The global house price crash has been gathering steam for the last year and now it’s rattling along.
In Sweden, property prices have dropped 15 percent from their peak in March last year, and they haven’t stopped falling yet.
In some parts of the country, prices have crashed 40 percent.
In Denmark, prices fell 10 percent last year and the slide is accelerating. They’ve already fallen 5.91 percent in the first three months of this year, IMF figures show.
Scandinavia is far from alone.
In Australia, prices have fallen 7.9 percent in a year, the country’s largest decline ever. They’re forecast to fall another 10 percent this year.
The New Zealand property market has crashed more than 20 percent from its peak in November 2021. It’s still falling.
In Canada, prices are down 15 percent and forecast to drop another 12 percent this year.
Not every country is in meltdown. In France, prices held firm last year but are expected to drop between seven and 10 percent in 2023.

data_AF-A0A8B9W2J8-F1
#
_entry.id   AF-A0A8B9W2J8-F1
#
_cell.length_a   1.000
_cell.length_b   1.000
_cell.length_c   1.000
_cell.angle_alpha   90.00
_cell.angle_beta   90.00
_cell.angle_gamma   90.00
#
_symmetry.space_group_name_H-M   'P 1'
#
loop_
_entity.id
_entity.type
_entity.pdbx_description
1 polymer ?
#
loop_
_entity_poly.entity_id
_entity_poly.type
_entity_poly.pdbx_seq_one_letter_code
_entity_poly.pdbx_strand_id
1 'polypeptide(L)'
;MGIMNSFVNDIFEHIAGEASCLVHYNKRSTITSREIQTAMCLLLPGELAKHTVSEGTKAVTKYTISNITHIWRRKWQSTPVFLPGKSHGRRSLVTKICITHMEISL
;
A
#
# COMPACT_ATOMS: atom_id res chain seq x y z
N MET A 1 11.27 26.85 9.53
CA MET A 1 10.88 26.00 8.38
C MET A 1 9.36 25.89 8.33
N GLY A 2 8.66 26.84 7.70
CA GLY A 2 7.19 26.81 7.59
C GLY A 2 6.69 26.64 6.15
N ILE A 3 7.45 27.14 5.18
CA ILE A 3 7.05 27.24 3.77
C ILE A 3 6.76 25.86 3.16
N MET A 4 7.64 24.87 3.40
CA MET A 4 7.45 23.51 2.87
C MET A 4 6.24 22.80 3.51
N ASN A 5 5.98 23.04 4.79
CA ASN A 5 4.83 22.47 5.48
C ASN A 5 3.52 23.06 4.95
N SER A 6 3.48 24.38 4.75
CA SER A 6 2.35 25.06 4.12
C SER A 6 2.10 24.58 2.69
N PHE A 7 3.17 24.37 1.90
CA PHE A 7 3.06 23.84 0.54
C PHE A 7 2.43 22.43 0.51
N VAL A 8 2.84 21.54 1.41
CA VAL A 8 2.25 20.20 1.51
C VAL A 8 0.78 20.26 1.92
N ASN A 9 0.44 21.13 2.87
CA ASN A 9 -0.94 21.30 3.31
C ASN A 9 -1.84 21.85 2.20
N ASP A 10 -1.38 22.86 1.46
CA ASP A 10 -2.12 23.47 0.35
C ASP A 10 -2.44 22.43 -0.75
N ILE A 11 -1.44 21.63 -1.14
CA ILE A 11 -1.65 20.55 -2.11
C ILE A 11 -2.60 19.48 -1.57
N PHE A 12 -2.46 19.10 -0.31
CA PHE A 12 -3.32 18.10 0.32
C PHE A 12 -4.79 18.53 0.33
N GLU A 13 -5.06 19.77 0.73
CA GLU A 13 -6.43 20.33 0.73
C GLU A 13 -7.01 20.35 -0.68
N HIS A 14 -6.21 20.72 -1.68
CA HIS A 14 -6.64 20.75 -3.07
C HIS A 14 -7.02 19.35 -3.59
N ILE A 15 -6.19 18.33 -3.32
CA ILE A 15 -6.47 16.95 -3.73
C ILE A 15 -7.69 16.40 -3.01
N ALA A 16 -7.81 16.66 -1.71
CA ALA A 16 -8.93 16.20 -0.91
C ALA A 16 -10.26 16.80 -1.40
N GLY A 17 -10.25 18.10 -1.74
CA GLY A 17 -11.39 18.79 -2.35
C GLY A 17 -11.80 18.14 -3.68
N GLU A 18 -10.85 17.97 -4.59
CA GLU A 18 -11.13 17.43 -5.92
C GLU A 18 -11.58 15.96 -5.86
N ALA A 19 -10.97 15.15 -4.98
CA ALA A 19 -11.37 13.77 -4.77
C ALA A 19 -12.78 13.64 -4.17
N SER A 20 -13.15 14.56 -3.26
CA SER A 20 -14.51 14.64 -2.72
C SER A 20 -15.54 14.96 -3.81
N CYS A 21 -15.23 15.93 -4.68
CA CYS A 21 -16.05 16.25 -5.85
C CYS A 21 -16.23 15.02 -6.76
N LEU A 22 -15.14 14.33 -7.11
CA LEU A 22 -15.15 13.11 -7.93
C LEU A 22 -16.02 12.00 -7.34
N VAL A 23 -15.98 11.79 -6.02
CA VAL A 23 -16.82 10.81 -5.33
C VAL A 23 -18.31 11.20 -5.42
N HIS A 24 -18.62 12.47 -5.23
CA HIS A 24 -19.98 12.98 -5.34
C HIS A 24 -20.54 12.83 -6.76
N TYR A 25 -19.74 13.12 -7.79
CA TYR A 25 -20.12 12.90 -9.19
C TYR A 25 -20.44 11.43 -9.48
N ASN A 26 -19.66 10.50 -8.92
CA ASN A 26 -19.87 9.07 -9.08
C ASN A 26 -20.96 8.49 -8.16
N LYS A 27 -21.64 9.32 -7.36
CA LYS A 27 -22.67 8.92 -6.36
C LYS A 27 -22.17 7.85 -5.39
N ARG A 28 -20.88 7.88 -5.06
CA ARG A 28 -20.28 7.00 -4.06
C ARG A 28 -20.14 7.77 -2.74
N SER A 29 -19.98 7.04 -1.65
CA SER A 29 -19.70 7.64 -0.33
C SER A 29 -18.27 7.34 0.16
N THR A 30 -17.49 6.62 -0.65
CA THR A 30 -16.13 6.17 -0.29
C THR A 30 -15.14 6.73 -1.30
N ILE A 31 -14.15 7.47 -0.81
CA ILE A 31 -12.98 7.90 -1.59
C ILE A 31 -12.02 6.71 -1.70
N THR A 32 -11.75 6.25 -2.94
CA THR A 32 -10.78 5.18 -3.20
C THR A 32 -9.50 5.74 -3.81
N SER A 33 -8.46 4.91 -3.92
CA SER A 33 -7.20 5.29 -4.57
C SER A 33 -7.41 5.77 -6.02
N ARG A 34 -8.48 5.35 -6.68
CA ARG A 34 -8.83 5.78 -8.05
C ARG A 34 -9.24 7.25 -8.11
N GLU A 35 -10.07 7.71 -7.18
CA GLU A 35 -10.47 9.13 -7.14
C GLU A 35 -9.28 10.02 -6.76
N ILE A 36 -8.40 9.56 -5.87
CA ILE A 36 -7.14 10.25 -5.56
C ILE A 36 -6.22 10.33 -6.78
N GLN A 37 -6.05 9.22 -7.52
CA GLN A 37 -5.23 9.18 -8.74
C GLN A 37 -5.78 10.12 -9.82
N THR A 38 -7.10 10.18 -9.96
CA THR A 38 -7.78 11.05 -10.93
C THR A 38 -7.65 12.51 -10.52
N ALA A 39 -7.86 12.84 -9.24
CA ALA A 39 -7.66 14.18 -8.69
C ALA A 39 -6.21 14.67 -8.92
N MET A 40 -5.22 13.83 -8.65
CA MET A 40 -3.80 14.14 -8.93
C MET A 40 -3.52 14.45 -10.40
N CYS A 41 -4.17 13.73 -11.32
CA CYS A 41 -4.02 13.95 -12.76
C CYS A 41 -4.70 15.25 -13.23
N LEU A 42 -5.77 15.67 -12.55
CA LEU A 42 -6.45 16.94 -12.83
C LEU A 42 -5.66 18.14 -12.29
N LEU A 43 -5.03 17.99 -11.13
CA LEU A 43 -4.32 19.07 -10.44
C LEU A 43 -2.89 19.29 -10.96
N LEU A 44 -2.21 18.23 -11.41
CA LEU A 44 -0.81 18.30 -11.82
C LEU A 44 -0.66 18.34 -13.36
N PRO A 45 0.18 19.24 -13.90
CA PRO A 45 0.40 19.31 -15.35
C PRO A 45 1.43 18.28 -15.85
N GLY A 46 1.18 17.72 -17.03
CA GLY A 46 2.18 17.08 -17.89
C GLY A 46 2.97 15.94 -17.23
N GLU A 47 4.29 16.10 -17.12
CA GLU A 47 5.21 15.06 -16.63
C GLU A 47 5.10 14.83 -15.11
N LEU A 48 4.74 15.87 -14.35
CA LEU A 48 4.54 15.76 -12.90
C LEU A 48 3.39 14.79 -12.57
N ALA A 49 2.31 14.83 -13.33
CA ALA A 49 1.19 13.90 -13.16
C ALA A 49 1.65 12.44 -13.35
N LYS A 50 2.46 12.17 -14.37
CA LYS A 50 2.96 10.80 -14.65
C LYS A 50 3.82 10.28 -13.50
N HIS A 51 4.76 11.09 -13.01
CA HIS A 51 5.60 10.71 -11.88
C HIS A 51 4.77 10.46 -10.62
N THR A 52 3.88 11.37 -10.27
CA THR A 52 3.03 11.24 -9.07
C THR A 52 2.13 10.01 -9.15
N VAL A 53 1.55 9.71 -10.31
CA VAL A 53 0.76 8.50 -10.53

Germany has also held firm, although Deutsche Bank macroeconomic analyst Jochen Moebert is predicting a 25 per cent drop.
The US has largely held, despite a 33 percent crash in tech hub San Francisco.
Prices are falling in countries as diverse as Columbia, Bulgaria, Hungary, Norway, Indonesia, Finland, Italy, Korea, Chile, South Africa, China, India and Saudi Arabia.
So what about the UK?
In February, UK house prices actually rose 1.2 percent, according to Halifax. They edged up another 0.8 percent in March.
Measured over one year, they are up 1.6 percent.
It makes little sense, as we all know UK property is horrendously overvalued.
For decades, the average home cost around three to four times salary. Today, it costs more than nine times salary, and over 12 in London.
What did the Bank of England expect to happen when it slashed base rates to nothing then kept them there for a decade?
Mortgage rates fell to as low as 0.99 percent as a result and we all knew a reckoning was due.
It nearly came last autumn, when mortgage rates shot past 6.5 percent after former Chancellor Kwasi Kwarteng’s mini-Budget madness.
Rates have since retreated below four percent but if inflation stays sticky – and it’s looking like it – they may start climbing again.
So will the UK finally get swept up in the global house price crash?
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